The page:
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Understanding These Five Love Languages Can Reward You With The Perfect Relationship

Understanding These Five Love Languages Can Reward You With The Perfect Relationship

One of the most common relationship problems is struggling to express love to someone else. Lots of people love someone, but they struggle to express their love or meet their partner’s expectations of them. This can be extremely difficult for both people in the relationship, and both partners can end up feeling upset and unloved.

Although this commonly happens in romantic relationships, it isn’t limited to them; people often struggle to express love to their friends, family and co-workers too!

If you can have experienced this common relationship problem, don’t worry. Dr. Gary Chapman created the 5 languages of love to help people understand more about how they express love and emotion. Anyone can take the love language test to find out how they express their love, so they can start to have more loving relationships with other people.

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Do you want to find out how you communicate your emotions? Read on to find out how to have a healthy relationship using the 5 love languages.

1. Acts of Service

For some people, the most loving gesture you can make is doing something for them. You could help them out by offering to babysit for them, or you could offer to cook dinner for the family. It can even be a small thing, like doing the washing up or making them a cup of coffee.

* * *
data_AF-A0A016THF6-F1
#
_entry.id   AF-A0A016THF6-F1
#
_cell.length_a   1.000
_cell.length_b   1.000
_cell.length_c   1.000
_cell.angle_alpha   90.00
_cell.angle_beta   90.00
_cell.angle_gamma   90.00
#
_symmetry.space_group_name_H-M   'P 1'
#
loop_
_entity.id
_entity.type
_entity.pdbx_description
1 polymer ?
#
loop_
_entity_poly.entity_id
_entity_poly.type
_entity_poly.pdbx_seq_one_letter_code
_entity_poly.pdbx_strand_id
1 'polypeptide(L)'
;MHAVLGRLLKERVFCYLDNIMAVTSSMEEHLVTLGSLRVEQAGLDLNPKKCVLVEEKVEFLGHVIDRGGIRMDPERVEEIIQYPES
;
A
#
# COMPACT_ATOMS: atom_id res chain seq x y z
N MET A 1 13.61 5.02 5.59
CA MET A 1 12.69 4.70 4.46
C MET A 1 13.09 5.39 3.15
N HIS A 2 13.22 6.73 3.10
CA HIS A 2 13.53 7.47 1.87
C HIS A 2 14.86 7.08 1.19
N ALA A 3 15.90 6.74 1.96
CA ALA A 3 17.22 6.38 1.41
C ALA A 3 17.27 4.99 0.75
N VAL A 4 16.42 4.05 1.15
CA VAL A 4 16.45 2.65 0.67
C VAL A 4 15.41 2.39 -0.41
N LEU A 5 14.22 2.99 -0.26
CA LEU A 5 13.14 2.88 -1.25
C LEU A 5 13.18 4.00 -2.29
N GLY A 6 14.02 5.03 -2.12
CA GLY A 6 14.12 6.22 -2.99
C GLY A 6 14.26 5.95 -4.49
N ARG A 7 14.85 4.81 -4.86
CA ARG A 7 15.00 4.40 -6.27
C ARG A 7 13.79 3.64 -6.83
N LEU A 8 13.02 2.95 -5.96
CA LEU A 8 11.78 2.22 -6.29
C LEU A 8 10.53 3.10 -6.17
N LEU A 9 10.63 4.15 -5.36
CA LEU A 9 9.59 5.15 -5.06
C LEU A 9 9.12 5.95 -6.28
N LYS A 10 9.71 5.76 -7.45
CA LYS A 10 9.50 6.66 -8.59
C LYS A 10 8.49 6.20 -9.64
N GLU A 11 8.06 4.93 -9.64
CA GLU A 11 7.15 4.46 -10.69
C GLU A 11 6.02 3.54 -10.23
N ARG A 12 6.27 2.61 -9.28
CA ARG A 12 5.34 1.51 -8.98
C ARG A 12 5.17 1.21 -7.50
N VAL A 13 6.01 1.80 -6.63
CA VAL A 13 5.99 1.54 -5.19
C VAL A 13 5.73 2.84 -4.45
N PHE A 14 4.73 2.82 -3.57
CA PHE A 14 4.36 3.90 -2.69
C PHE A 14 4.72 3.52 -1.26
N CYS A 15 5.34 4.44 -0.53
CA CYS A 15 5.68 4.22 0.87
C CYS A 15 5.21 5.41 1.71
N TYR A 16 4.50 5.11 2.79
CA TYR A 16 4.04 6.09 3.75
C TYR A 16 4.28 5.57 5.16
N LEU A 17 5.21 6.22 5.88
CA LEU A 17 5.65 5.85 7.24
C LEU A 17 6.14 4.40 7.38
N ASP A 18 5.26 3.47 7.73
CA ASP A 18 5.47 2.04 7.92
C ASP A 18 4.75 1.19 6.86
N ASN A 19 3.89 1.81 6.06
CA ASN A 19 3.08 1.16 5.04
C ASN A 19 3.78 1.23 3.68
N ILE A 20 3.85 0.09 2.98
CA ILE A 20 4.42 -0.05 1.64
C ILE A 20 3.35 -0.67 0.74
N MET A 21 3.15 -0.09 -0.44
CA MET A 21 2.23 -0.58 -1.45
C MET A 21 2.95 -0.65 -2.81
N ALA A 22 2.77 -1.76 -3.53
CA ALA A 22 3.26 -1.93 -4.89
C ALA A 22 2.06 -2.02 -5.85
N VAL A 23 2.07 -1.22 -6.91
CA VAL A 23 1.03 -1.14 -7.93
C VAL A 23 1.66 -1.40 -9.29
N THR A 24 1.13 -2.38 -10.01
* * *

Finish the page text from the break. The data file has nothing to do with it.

If this is your partner’s primary love language, these small acts will mean the world to them. You may prefer to offer them kind words, but they won’t be impressed by this. To them, actions speak much louder than words. They would much rather hear you say “let me do that for you”, or “let me help you with that”.

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2. The Physical Touch

Other people have physical touch as their primary love language. Although this does include sex, it is not limited to it. This also includes holding hands, hugging, kissing and massaging. This person would much rather you touch them than offer to help them with an act of service. For instance, if they receive bad news, they would prefer a comforting hug to practical help or advice.

If you want to be better at physical touch, start small. Give your friend a hug whenever you see them, and kiss your partner whenever they leave. Make the effort to hold their hand when you are out together. It may not mean much to you, but to your partner, it means the world. To them, physical contact reaffirms your love and affection.

3. Quality Time

If your primary love language is quality time, that means you value getting and giving full, undivided attention. This doesn’t mean watching TV together or sitting on your phones together. It means putting everything else on standby so that you can sit down and verbally connect with each other.